Feature image of Armored Core VI: Fires of Rubicon

Armored Core VI: Fires of Rubicon Review – The Best Mecha Soulslike

Not for you if:

  • You couldn't get past the first boss in Elden Ring
  • You won't adapt your mech to a specific boss
  • Your brain runs at 10FPS

This Armored Core VI review is not a sponsored one. My impatience and hype forced me to buy my own copy on Steam. Armored Core was a series I touched on in my youth, where I had fun building silly robots and going bankrupt after failing too many missions or dumping ammo into corpses.

Therefore, I’m kind of sad to see that the Armored Core series has gotten some Dark Souls treatment when it comes to its bosses. This is not what was expected, especially after FromSoftware said Armored Core VI was not going to be a Soulslike game. And while it technically isn’t, the FromSoftware Soulslike DNA has seeped deep into Armored Core VI: Fires of Rubicon.

Stunning visual of Rubicon, huge built platforms above the snowy mountains of Rubicon. The scale is absurd, the mountains are tiny while the platforms are gigantic.


Armored Core VI: Fires of Rubicon has the flashy and fast combat you expect from an Armored Core game. The mech customization allows for many options, and you can tailor an AC you truly like controlling and playing. The story is nothing new, corporations fighting and you are the mercenary in between. 

Add in some rebels and strange Coral forces for intrigue and call it some nice filler to motivate your missions. But some of the changes FromSoftware made just don’t sit right with me. The stagger bar can be exploited immensely; when you get staggered, it simply means death. The boss fights are more Soulslike bullet sponge bosses with unavoidable attacks, forcing you to make a certain mech for that encounter. It forces the player to play a mech they actually don’t like.

Boss Balteus exploding, finally got this boss down.
**** you, Balteus.

Armored Core VI: Fires of Rubicon Review – Just a small identity crisis

After finishing Armored Core VI: Fires of Rubicon for the first time, I still have a sour taste in my mouth. Mainly due to the encounter with the CEL-140 Boss that was absolute bullshit and had me quit out of the game and sleep a night on it before FORCING myself to play again. Only after I Googled what the best mech is to defeat that piece of shit with. So yeah, if you don’t like Soulslikes but like mecha games, steer clear of Armored Core VI: Fires of Rubicon. All boss encounters will enrage you to the point where you simply won’t want to play.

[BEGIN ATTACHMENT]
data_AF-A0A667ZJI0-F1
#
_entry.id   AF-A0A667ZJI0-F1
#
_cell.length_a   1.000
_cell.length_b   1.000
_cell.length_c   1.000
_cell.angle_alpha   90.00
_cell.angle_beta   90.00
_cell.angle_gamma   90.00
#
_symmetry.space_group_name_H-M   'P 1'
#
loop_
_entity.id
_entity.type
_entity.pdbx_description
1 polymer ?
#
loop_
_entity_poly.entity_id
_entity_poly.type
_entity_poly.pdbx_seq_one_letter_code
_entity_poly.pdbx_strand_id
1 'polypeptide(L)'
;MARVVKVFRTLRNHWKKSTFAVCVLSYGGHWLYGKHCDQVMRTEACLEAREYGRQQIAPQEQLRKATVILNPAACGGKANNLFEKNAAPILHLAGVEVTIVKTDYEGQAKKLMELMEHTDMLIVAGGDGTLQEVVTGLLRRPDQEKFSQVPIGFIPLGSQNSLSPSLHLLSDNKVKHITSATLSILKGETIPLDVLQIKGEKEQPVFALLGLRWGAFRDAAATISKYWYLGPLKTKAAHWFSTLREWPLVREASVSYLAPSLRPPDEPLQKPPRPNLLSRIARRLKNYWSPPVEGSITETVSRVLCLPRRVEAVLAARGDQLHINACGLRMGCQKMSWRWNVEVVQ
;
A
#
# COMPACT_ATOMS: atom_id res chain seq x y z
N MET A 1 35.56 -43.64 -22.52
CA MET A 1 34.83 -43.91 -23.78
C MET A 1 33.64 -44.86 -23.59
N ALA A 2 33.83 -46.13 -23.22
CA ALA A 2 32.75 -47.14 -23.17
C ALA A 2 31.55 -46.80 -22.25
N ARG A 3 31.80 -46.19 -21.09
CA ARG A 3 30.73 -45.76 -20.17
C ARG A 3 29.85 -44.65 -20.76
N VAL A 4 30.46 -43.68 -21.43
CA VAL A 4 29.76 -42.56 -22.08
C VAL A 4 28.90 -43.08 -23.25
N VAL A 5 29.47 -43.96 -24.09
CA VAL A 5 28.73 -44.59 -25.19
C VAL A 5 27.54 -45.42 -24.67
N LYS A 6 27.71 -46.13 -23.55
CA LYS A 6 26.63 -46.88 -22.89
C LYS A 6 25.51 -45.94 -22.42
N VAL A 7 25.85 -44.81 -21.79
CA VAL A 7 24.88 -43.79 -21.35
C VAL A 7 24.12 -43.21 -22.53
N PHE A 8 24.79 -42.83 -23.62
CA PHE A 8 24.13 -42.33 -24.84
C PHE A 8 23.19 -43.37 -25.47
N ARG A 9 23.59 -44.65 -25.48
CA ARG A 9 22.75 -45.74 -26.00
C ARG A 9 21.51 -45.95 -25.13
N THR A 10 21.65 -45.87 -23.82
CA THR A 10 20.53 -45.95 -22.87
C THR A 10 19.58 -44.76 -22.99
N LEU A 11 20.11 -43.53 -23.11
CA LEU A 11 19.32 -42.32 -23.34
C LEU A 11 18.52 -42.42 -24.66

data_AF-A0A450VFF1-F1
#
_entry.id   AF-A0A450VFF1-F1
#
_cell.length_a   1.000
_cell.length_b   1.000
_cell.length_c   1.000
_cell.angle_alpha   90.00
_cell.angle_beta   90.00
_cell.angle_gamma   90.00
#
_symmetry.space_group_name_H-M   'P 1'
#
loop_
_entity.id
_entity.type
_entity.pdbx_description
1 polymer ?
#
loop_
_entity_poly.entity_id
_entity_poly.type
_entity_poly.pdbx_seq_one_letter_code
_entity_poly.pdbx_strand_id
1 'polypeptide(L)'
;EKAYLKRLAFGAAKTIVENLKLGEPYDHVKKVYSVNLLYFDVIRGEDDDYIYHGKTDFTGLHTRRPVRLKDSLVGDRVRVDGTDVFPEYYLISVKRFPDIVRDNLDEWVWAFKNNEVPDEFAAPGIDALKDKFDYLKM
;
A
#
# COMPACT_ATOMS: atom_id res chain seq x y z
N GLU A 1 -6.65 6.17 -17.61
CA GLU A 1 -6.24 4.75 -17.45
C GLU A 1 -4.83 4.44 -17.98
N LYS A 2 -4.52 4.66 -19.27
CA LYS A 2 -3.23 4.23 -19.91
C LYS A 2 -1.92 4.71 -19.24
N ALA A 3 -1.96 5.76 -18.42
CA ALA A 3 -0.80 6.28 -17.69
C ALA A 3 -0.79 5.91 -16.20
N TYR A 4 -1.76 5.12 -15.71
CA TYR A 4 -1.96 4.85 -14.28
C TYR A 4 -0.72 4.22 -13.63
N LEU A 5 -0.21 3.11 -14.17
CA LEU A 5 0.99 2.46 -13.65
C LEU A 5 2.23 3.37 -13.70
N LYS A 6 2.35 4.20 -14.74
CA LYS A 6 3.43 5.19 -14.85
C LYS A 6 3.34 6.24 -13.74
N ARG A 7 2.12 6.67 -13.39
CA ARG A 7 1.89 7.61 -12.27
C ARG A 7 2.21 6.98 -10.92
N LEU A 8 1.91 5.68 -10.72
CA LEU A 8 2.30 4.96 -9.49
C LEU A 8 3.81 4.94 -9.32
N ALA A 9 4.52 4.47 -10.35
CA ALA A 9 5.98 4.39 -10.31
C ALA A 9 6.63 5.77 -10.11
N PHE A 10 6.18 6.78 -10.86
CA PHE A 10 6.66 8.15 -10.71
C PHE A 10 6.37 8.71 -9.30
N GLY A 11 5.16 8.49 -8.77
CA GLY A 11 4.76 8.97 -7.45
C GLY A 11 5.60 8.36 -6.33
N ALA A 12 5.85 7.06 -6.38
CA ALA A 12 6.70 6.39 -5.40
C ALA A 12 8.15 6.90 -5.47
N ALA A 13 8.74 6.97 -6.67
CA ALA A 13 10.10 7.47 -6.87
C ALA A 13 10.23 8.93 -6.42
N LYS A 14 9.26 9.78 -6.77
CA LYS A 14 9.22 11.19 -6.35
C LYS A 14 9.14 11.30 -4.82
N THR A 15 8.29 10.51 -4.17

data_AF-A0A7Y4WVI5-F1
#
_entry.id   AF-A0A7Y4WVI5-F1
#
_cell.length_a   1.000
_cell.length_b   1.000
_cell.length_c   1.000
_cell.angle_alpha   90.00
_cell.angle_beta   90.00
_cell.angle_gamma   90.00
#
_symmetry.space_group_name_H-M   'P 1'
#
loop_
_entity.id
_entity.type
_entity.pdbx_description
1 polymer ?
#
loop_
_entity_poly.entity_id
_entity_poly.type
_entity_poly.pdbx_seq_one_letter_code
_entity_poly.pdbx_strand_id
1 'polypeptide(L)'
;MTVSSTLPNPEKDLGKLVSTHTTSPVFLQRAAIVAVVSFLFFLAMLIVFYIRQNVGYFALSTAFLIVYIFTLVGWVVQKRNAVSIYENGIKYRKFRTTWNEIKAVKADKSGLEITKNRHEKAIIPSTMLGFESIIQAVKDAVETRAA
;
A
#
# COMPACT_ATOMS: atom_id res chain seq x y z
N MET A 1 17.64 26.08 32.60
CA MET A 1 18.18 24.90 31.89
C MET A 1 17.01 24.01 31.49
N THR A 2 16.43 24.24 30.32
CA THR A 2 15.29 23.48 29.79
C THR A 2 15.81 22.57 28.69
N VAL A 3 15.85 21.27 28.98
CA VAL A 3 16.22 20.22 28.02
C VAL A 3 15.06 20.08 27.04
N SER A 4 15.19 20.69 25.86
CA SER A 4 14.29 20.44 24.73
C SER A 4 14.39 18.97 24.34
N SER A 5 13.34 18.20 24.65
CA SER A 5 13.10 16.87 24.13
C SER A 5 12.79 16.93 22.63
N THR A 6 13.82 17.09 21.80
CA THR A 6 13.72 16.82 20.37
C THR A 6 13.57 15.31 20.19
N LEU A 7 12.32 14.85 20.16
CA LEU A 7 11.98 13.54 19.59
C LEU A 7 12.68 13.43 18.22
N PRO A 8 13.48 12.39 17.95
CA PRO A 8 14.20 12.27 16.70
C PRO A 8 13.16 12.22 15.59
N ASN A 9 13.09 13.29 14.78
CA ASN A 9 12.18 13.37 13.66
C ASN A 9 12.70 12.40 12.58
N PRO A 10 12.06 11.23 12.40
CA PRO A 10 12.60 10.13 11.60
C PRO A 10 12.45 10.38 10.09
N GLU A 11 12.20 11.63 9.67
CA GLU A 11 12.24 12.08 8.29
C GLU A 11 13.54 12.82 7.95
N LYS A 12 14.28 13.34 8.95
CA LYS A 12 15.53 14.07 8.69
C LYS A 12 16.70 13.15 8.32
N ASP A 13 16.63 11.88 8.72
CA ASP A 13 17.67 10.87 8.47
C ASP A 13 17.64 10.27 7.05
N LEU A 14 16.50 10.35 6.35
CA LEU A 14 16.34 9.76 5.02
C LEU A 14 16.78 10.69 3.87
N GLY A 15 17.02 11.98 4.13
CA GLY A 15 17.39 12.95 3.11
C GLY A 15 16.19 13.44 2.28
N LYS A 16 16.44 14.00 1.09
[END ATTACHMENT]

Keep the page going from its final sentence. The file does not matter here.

Boss Balteus launching a volley of rockets from its side and top in a beautifull but deadly pattern. As you awe in the beauty you die from multiple explosive impacts.
Beauty in destruction and death.

Fired up for the Fires of Rubicon – Story review

Like all FromSoftware games, the story isn’t straightforward and more clouded in mystery, specially written dialogue and using poetic language in its conversations with you as the player. So is Armored Core VI: Fires of Rubicon.

Wake up Pilot 621, we have a planet to burn

You are Pilot 621, activated by Handler Walter. The story starts with you dropping through the atmosphere of Rubicon, towards its surface. Your pod gets shot down by the planet’s defences, and you drop out towards the surface.

Thus starts your first mission: acquire false credentials from other fallen mercenaries to activate a false identity for yourself. As your handler puts it, we are illegals there and by no means allowed on Rubicon. What does your Handler want on Rubicon? Why risk so much by dropping a fresh pilot without the proper credentials onto the surface? The questions start early and slowly unravel as you continue.

Eventually, the credentials and call sign you take upon yourself is Raven. So begins your career as a mercenary for the Balam and Arquebus corporations. Making a name for yourself in two missions and being famous in your third mission. At this point, you are still going through tutorial missions and getting to grips with the game. But according to the story you are a certified badass mercenary known by name.

Your arrival spaceship in stable orbit around, your handler announcing human C4-621 has awakened. The start of Armored Core VI: Fires of Rubicon.

Three Way War

Aside from the corporations, there is the local Rubicon Liberation Front, opposing both corporations and fighting for the independence of Rubicon 3. As you go from mission to mission, you eventually get to the point where you get exposed to raw Coral. It engulfs your mech, and you miraculously survive. After being engulfed, you also hear the voice of Ayre. An original Rubiconian whose essence is infused with the coral and lives on through it.

She offers a perspective into the planet and coral you don’t get from interacting with the corporations or your handler. The explosion that engulfed your mech also starts a phenomenon that baffles your handler and corporations alike. A new hunt for Coral is now in effect, and both Corporations are fighting to control it. The RLF is fighting to protect it, and you have a voice in your head telling you things.

Your Handler, Handler Walter, picking jobs and letting you choose from them. The mission based system of Armored Core VI: Fires of Rubicon.

Choose your enemies

You can choose between two missions at certain points in the story, steering the story in a direction that affects the ending and certain missions after your choice. There is a ton of replayability, not only because you get these choices. But also because of the different builds you can use to tackle the missions and challenges. While the story isn’t that gripping or exciting, the writing and wording just take it up a notch. Poetry is voiced into the story with some mystery behind the words for you to unravel.

Torture Tutorial – Gameplay review